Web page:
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ING
the cause


horrifying!
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ED
the effect

horrified!
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GRAMMAR

ACTIVITIES



There are many adjectives that we have in English that end in -ED or -ING.Yes, that's correct, they are not only endings that we use for verbs!An adjective that ends in -ING is used to describe: the characteristic of a person or a thing.An adjective that ends in -ED is used to describe: a feeling.
Compare the difference:
  • My girlfriend is bored. - (My girlfriend feels bored)
  • My girlfriend is boring. - (My girlfriend is a boring person)

You can use these adjectives to describe people or situations but be careful that you are using the correct adjective. For example, there is a big difference in meaning between:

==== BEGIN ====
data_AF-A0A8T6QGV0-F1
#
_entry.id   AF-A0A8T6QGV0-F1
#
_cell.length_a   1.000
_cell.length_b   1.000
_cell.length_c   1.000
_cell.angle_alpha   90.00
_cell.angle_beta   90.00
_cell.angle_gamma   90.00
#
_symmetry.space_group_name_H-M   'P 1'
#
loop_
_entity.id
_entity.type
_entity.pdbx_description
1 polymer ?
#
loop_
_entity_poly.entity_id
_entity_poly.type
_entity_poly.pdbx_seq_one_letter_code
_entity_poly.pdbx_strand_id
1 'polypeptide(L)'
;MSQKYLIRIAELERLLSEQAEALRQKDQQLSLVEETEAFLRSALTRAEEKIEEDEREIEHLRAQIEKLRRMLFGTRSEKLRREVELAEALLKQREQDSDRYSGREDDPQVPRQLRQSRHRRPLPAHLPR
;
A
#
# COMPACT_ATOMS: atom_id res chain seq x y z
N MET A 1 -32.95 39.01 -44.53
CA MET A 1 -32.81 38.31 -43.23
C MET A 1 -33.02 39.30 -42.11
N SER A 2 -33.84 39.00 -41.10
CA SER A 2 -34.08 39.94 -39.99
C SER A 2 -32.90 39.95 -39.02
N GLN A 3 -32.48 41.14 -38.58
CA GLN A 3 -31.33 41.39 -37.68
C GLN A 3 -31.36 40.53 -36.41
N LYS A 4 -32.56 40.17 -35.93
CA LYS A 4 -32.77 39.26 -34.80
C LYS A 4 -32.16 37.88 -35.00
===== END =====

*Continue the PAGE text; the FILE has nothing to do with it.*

• I am confused. - (I don't understand something)
  • I am confusing. - (I will cause you to be confused)



Of course, you could also find both adjectives in the same sentence. Then you really need to concentrate on the intent / context of the sentence.Examples:
  • I was shocked by how shocking the accident was last night.
  • They were frightened by the frightening roller-coaster ride!
  • I am annoyed by how annoying that person in front of us is.
  • Sally was confused by the confusing street signs in the city.

Note that the sentences above are to highlight how both adjectives can appear in the same sentence though it isn't common (because it sounds repetitive). From www.grammar.cl



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